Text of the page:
If you are only half paying attention to the above Verizon FiOS commercial below, you may think you are hearing some bad language, but in reality, it is just some minor risqué wordplay.

Wordplay is nothing new in the world of advertising – and it can be a clever way for brands get the attention of consumers. Remember last year’s K-Mart “I Shipped My Pants” commercials? What about the 2011 campaign by Sheets Energy Strips – said to be one of the worst campaigns of the year by Adweek, the ad copy featured the phrase “I take a sheet” followed by one of many conclusions, including “in the pool.” Pitbull was even willing to “take a sheet on stage.” Vulgar, yes, and probably inappropriate. But people talked about it and remember it.

Luckily, the new Verizon FiOS commercials don’t venture down the bodily functions path.  Some of the mildly humorous lines include:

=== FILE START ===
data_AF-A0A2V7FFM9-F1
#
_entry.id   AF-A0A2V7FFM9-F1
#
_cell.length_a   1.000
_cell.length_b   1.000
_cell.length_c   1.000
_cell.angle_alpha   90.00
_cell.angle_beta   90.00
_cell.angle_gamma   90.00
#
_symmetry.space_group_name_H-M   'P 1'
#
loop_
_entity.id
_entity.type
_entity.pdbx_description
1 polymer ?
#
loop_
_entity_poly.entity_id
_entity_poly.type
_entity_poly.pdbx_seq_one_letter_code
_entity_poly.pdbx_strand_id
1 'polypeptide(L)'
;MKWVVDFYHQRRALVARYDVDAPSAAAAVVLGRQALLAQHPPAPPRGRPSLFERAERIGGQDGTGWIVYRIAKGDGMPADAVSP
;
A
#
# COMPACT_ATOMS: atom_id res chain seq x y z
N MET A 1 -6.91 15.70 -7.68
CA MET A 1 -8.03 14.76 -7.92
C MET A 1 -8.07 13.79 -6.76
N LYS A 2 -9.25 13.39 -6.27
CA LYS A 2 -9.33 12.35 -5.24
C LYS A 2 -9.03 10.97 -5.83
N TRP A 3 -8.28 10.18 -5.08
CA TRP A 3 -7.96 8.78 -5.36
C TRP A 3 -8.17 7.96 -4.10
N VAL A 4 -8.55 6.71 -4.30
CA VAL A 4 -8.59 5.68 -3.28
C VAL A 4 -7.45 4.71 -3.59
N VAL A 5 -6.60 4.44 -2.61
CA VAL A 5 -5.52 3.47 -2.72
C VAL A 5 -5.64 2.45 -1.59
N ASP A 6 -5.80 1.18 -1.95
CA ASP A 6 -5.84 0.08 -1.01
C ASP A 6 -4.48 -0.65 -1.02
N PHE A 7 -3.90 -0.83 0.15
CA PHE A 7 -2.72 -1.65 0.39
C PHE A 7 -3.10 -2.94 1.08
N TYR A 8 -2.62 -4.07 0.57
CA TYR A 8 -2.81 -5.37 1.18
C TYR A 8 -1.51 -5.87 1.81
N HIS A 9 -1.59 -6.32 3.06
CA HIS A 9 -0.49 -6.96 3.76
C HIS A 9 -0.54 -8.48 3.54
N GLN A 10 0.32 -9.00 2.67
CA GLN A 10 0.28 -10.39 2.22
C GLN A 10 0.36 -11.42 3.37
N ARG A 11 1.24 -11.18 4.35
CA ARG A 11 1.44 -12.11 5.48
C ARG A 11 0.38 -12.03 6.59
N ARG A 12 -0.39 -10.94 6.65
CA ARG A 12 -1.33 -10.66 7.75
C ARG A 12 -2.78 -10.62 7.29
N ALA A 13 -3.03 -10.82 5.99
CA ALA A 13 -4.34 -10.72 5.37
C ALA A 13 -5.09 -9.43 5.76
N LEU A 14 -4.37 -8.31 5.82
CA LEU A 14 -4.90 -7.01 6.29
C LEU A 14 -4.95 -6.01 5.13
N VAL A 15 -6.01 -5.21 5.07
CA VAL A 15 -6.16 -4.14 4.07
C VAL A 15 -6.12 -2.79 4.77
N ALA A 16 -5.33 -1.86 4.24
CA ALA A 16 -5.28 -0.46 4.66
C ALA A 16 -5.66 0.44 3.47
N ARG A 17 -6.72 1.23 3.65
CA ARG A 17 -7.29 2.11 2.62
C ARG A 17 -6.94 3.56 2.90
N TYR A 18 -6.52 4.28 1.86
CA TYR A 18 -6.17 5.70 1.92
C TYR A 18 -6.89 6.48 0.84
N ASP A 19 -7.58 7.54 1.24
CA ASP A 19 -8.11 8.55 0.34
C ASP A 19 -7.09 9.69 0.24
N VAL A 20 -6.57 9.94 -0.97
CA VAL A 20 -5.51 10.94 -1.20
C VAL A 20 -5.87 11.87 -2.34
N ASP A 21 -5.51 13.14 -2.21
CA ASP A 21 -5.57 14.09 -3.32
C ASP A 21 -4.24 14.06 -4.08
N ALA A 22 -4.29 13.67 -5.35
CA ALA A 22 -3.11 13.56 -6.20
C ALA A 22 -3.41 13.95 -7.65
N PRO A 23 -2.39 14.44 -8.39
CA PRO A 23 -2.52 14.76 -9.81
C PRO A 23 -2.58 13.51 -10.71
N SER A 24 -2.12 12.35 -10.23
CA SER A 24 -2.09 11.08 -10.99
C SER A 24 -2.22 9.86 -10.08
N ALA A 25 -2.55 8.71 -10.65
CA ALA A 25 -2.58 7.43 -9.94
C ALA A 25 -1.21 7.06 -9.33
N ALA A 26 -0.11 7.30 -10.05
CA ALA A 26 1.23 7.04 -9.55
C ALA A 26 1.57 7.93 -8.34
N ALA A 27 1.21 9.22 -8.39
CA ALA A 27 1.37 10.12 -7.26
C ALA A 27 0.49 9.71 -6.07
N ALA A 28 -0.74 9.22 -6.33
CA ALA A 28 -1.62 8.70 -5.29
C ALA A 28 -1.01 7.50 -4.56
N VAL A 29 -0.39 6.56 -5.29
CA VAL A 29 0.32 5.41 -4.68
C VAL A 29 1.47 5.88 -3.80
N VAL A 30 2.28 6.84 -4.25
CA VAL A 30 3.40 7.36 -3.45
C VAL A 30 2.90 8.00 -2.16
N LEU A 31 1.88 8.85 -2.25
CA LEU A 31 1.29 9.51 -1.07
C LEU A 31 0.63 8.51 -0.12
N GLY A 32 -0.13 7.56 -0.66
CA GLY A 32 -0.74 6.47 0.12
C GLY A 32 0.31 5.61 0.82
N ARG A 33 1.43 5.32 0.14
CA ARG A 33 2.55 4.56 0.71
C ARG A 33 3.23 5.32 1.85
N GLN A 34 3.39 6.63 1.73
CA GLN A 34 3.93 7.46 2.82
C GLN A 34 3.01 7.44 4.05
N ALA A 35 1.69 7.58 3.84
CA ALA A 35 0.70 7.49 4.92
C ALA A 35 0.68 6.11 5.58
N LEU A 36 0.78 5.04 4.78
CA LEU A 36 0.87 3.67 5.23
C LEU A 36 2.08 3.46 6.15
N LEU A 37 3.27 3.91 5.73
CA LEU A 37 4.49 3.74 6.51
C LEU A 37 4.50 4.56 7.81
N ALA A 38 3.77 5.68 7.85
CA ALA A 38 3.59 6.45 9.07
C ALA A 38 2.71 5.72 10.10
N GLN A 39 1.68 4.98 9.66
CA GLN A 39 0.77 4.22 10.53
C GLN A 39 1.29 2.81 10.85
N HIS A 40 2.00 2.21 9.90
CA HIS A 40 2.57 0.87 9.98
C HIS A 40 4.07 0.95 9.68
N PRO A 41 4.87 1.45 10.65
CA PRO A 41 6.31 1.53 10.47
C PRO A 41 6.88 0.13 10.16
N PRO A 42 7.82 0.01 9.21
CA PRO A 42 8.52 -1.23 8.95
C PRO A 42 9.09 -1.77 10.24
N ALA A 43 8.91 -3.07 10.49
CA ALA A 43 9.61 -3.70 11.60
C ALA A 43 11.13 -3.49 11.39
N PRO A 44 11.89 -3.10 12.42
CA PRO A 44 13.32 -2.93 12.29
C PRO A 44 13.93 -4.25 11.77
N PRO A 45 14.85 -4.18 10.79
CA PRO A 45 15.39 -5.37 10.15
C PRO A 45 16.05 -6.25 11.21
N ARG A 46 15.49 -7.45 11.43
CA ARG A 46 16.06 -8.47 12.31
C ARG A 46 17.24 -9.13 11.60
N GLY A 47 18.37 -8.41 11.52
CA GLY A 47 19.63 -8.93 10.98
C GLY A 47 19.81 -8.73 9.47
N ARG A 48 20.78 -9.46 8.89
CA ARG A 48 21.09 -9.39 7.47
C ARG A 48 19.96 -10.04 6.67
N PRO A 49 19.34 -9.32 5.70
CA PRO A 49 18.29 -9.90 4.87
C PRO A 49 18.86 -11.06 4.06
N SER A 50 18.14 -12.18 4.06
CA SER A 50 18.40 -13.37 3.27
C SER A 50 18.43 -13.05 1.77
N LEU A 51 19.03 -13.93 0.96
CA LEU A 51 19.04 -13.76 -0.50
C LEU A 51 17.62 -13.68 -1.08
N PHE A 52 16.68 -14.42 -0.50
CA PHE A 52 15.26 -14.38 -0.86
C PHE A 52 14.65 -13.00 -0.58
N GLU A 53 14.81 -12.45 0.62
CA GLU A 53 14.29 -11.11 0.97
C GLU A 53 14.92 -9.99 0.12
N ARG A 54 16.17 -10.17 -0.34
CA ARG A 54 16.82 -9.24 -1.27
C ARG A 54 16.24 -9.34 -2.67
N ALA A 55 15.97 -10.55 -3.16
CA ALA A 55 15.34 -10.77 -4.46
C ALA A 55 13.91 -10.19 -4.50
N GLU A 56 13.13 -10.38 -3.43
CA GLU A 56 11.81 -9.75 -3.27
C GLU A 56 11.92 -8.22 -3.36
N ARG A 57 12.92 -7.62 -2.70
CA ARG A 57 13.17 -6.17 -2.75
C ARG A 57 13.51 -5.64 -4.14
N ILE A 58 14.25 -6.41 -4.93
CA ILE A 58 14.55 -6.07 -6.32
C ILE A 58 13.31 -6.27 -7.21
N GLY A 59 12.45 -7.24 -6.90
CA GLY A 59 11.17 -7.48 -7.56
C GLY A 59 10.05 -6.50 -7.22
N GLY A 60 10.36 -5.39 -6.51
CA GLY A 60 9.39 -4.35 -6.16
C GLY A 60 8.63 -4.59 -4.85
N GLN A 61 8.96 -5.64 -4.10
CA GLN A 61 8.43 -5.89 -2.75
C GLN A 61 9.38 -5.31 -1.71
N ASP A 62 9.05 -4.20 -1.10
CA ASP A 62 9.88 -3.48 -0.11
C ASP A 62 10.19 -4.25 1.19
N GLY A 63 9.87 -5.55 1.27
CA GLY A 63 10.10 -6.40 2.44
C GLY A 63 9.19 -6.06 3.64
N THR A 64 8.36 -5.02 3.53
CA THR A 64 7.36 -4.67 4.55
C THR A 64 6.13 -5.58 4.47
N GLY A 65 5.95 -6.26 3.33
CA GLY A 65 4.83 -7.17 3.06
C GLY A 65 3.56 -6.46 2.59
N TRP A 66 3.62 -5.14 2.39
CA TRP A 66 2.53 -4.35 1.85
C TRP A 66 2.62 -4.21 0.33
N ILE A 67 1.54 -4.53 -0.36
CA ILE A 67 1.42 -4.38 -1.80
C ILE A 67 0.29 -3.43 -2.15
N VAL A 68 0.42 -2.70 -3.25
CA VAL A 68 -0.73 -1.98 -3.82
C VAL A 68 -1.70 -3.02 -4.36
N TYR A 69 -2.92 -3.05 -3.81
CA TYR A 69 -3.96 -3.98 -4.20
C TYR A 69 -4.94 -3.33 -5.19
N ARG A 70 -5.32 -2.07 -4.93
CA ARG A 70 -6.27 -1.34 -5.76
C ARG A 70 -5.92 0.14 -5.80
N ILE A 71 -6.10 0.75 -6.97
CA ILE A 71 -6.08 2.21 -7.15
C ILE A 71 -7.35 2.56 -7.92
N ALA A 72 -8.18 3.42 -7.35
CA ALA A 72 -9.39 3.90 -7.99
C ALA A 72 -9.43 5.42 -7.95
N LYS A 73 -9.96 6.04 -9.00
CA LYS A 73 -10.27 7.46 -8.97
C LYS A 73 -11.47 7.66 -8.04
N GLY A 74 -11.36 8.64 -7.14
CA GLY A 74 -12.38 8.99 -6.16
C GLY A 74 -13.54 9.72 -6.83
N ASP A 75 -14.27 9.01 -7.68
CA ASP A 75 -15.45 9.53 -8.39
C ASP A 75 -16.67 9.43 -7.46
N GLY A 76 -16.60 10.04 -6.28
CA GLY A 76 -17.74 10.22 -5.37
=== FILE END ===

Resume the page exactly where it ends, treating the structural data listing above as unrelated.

“Someone did a half fast job posting vacation pics.”

“When I post my slow jams, I’m a little half fast.”

“So his homework won’t be so half-fast.”

The anything-but-half-assed Verizon commercial is an example of homophonic reflexive wordplay, in which words of similar sounds become puns. “Half-fast” (half-assed, when spoken vs. written – especially if spoken quickly) and “I shipped my pants” (vs. the obvious) let family friendly brands like Verizon and Kmart don an air of edginess.

How far can brands like this push the envelope to stay relevant and break through to new audiences without alienating their current customer base? I guess sales will tell. Meanwhile, I hope this grabbed your ad-tention. And don’t sheet your pants, I didn’t write this blog post half-fast or ship my pants in the process.

~ Courtney Manders, Account Executive, The S3 Agency

Team S3
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